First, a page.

A few minutes after Bush's address, Tim Russert warned of the danger of naming Antonin Scalia the Chief Justice, contending there are conservatives to whom Democrats would not object:
"I think the bottom-line on all this Brian is that the President understands that in order to achieve he does have to unite. He will have a chance probably, unfortunately, much more quickly than any of us would hope for and that's with the Supreme Court. Justice Rehnquist, God Bless him, was stoic and brave today. He left immediately after administering the oath while the President was at the podium. He is very, very ill. If the President has an opening on the Supreme Court he has to make a decision. Does he want to fight with the Democrats? Does he want to say, 'My next Chief Justice will be Antonin Scalia or Clarence Thomas? Or does he take a conservative jurist, a strict constructionist who does not represent the lightning rod of those two men? It will tell us a lot and I think it's gonna be a very important decision which will set the tone for the entire second term of the administration."

Just past 1pm EST, the MRC's Geoff Dickens caught this exchange from the NBC booth overlooking the Mall:
Tim Russert: "Brian listening to David I'm reminded of President Bush's interview with the Washington Post where they're asking him about Iraq and he said, 'Well the people made up their mind. They voted on that. They reelected me.' That is [an] extremely simplistic view which I think a second term president has to be very, very concerned about because as Doris and Professor Dallek have been saying if you interpret your reelection as a mandate for everything that you want to do you're going to get in trouble. Iraq is [a] very, very divisive war. There's no doubt about it. It was not a referendum issue in this past election. People who voted for George Bush, some of them, disagree with his Iraq policy but they did believe that he was more capable dealing with the threat of terrorism. I go back to where we started this morning. I think Iraq, Iraq, Iraq is gonna be central to this President's second term and he has to recognize that if he's gonna be able to do his ownership society and bring about a Bush doctrine worldwide."
Brian Williams proposed: "And Tim this, this notion of a, kind of a referendum, of a mandate. There are so many ways of looking at this election. As a collection of local referenda on the President, local election. The, the squeaker, the closer national vote still being fought over whether it was legitimate or not in Ohio. Some people are going to insist on replaying what we've just been through for the next four years."
Russert countered Williams, but ended with another warning for Bush: "Democrats had a chance to object when the Electoral College votes were tabulated. They opted not to, at least in the Senate. Some in the House. Democrats will say, 'Yes if 70,000 people in Ohio had voted for Kerry rather than Bush John Kerry'd be President.' That's the simple truth of our system. But the fact is George Bush was reelected. The Democrats have to accept that. In the words of people, liberals who've been saying, you know, 'We have got to get over it. We have to accept the fact that the election in 2004 is over. Let's look at 2008.' Learn from what happened in 2004 as must the Republicans, Brian. Because if this President believes that he has the kind of mandate that Newt Gingrich thought he had in 1994, look out."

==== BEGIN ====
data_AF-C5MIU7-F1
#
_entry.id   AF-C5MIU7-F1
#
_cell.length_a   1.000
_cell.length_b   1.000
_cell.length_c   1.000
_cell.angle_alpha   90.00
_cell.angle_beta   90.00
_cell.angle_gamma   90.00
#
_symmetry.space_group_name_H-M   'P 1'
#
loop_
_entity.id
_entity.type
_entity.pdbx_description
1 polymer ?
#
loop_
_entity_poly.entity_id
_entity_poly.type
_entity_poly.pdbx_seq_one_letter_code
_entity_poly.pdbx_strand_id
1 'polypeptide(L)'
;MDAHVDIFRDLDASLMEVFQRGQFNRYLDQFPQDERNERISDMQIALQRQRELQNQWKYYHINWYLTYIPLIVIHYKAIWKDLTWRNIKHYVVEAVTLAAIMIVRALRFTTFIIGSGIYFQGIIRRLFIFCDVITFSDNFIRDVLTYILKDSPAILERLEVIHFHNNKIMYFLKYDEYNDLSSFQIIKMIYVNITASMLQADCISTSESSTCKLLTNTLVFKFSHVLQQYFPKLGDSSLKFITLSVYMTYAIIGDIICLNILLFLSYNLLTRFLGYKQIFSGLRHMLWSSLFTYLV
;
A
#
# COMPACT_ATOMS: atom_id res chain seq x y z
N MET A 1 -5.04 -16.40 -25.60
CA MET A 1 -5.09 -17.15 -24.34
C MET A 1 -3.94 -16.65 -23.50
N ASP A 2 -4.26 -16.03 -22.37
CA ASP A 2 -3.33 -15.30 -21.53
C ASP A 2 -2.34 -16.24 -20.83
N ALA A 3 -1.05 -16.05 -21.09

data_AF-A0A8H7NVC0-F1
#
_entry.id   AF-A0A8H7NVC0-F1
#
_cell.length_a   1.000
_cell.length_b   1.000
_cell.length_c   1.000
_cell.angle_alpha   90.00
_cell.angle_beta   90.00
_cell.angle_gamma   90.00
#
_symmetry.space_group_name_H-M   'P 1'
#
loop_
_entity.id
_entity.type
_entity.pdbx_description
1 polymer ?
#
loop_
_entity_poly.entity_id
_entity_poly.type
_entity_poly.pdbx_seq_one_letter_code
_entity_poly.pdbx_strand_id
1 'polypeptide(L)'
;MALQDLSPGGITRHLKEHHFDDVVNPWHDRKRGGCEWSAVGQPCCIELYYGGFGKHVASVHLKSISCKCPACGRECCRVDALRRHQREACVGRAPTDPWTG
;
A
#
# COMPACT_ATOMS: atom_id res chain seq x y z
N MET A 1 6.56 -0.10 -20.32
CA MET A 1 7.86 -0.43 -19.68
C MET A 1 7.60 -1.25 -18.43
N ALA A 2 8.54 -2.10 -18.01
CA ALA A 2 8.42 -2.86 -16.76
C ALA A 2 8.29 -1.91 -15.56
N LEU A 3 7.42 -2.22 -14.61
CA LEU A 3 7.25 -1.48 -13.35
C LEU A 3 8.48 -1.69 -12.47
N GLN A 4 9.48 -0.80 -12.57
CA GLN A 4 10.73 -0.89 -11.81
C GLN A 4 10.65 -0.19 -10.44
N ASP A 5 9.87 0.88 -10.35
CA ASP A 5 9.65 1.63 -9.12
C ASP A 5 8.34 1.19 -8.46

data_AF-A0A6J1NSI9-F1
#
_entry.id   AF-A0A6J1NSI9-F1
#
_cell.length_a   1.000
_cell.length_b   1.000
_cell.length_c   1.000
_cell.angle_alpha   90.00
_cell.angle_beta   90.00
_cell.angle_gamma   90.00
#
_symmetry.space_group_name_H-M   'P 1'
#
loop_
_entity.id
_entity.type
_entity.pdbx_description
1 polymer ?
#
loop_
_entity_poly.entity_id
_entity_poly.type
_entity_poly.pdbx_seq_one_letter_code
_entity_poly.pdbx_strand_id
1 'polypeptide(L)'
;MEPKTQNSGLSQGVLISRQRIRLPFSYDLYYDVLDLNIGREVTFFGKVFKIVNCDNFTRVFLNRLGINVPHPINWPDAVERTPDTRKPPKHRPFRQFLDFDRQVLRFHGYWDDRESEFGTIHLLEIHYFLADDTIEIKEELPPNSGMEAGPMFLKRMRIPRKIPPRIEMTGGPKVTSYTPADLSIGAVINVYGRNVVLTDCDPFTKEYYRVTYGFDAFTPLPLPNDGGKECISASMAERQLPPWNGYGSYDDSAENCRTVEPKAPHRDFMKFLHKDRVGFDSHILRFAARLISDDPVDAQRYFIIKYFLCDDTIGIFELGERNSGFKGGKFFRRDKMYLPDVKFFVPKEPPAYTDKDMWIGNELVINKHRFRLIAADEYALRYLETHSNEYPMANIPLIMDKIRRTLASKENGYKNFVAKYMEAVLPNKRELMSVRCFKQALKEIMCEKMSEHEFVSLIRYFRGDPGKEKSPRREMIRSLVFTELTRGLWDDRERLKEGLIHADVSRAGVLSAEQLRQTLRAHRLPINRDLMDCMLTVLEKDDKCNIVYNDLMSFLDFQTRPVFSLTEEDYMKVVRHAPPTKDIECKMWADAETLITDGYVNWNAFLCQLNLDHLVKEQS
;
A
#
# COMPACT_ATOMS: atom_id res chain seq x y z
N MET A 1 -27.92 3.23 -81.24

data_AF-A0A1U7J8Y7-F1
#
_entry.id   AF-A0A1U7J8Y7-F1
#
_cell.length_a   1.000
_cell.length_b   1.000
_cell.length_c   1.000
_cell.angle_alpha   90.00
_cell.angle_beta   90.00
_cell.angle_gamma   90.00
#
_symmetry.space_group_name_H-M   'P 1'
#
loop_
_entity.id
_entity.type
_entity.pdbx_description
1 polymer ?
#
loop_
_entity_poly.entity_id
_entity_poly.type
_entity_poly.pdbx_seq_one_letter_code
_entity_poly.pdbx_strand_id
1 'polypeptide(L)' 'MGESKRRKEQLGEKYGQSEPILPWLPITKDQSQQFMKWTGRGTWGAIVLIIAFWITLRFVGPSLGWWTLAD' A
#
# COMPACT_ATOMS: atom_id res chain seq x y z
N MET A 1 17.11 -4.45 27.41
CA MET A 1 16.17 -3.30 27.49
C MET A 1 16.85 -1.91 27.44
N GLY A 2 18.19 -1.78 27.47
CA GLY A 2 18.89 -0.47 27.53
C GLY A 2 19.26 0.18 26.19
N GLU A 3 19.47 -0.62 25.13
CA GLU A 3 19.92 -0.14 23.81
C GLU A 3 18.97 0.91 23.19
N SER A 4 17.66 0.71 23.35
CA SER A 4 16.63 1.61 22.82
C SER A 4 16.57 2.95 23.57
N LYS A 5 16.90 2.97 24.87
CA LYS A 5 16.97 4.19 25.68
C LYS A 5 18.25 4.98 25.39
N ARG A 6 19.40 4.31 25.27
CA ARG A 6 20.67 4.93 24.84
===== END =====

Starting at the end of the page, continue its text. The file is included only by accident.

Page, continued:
At 1:06pm EST, Williams asked Karen Hughes: "Karen, both sides are already at it. Condoleezza Rice was supposed to be Secretary Condoleezza Rice by now. And that's been put off until next week. It, it isn't a great marker for getting along. Is there going to be a visible olive branch from this President you can preview for us to, to try to start this second term where he intended to start his first coming out of Texas?"

At 1:19pm EST, Williams, taking his cue from Joe Lockhart, wondered: "Tim Russert do think there's a downside in referencing division domestically and commingling that with the theme of the spreading of freedom and, and liberty worldwide?"
Russert suggested Bush has a hostility to Democrats which Reagan did not: "The President said that [if] there were divisions he would make a good faith effort to try to heal them. Whether or not that's enough to bring in Democrats who are very disaffected. And you know the interesting thing as Mike Deaver is talking about, Ronald Reagan was someone who stood for something, who had a consistency of ideology and yet he did not seem to attract the kind of personal venom that is directed at George Bush. And Ronald Reagan did not seem to, in, in, in retrospect also try to cast forth that kind of hostility towards Democrats. He would often meet with Tip O'Neill after hours and create an aura or an opportunity of civility if you will."